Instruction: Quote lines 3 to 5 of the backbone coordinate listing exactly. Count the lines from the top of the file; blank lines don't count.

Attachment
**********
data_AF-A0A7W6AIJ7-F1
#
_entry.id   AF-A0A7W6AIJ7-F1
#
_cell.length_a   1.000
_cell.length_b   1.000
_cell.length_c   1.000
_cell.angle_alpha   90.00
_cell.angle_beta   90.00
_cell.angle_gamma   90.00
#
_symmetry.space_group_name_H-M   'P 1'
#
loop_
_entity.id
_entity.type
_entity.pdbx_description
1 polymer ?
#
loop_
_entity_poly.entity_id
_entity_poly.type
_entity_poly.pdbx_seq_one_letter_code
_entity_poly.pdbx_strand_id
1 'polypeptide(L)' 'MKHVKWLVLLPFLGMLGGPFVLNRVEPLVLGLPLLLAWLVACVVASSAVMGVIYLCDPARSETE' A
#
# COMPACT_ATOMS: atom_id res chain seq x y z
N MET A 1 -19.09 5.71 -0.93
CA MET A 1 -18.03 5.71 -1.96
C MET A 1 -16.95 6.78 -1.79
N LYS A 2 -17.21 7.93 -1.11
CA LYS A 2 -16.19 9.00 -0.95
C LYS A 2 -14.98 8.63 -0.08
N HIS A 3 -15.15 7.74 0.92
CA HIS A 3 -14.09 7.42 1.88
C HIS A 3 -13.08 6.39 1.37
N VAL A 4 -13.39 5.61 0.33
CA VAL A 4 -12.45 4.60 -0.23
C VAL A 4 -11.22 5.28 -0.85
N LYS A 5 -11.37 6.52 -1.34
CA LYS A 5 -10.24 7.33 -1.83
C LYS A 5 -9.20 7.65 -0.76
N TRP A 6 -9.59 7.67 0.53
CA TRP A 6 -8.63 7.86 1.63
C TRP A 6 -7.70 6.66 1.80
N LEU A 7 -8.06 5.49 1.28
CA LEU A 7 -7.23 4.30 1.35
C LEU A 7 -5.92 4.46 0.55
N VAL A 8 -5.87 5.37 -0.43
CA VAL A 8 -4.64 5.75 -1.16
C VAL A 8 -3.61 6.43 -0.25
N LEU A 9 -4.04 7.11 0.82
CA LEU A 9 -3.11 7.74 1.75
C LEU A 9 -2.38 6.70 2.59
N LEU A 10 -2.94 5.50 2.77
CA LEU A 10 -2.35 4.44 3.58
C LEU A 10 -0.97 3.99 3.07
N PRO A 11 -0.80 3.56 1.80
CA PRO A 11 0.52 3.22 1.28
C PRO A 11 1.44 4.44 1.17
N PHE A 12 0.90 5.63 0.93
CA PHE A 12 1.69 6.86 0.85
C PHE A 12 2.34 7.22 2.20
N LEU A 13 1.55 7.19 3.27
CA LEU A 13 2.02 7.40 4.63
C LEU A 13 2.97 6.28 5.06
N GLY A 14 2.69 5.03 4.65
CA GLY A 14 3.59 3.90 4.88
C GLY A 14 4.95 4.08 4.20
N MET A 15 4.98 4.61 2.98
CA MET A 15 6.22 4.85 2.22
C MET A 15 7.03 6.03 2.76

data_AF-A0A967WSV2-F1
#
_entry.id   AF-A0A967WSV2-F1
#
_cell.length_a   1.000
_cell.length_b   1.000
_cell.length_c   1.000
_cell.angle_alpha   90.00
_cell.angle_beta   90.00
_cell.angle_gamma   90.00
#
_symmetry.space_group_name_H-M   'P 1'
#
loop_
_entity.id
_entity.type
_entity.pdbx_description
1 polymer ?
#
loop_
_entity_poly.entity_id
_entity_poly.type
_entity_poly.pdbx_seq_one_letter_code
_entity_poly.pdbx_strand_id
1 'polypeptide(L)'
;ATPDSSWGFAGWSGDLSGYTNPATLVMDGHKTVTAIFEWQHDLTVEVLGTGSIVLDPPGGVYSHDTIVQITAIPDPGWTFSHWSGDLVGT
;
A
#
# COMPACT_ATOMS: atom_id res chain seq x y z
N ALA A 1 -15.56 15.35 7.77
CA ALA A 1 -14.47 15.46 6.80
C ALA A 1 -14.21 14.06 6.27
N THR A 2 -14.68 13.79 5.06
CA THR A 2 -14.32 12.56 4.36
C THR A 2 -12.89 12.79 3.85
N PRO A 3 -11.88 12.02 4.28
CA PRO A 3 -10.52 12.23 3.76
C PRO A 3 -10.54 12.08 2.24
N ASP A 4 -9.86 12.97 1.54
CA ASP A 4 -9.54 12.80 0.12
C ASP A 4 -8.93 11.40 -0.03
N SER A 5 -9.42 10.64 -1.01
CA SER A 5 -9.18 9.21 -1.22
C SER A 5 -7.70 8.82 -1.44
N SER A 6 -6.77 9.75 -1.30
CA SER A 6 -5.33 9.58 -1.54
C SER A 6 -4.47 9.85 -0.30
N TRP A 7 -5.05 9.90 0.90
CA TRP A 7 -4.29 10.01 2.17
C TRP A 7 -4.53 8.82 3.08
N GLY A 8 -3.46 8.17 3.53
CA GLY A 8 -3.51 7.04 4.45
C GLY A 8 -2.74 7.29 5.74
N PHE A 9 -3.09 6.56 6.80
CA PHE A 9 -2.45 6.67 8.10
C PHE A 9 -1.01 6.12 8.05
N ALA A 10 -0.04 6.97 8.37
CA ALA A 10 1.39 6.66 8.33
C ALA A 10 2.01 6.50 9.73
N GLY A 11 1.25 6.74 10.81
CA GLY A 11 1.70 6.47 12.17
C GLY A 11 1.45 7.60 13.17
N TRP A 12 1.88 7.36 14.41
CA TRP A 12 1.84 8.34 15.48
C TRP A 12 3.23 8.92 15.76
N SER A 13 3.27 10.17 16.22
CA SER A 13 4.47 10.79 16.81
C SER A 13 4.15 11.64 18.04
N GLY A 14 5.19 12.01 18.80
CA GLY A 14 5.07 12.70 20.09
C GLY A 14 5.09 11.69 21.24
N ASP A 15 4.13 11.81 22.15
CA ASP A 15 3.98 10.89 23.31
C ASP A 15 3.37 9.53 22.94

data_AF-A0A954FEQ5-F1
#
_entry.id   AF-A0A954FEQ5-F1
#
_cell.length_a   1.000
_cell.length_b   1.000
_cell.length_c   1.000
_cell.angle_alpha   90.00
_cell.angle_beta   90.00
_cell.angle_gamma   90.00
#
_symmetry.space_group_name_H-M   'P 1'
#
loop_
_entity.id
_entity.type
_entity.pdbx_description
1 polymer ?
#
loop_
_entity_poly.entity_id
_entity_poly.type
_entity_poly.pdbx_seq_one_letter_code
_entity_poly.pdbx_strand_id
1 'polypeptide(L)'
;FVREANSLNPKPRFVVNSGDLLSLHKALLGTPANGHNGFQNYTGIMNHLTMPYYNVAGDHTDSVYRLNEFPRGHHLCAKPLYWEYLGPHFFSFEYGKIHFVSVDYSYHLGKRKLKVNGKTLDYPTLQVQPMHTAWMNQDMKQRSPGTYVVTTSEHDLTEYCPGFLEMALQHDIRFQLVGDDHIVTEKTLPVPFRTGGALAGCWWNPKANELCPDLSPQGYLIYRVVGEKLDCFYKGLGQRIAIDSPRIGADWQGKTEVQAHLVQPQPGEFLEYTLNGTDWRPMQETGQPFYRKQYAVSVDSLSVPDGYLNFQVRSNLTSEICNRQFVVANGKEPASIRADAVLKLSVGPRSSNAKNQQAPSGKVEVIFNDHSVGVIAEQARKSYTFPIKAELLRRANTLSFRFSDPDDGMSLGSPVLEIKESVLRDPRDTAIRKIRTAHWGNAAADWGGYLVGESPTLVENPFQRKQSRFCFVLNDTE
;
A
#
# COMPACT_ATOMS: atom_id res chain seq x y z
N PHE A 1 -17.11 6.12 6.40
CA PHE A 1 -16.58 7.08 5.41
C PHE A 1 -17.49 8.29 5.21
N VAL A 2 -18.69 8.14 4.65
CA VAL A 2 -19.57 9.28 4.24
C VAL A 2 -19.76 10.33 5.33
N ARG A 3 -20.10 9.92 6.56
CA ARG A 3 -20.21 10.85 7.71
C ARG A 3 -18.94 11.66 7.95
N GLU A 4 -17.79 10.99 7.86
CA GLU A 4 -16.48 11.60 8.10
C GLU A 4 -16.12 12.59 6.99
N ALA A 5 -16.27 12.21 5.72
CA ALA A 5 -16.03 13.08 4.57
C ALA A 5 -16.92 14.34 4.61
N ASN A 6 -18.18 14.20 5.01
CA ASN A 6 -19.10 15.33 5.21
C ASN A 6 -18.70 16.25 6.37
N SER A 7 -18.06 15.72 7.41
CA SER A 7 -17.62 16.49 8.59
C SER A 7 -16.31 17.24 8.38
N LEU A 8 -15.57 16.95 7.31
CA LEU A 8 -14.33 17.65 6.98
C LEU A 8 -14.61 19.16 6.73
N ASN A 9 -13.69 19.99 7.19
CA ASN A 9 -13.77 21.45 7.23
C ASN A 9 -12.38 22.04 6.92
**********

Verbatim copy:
_entry.id   AF-A0A7W6AIJ7-F1
#
_cell.length_a   1.000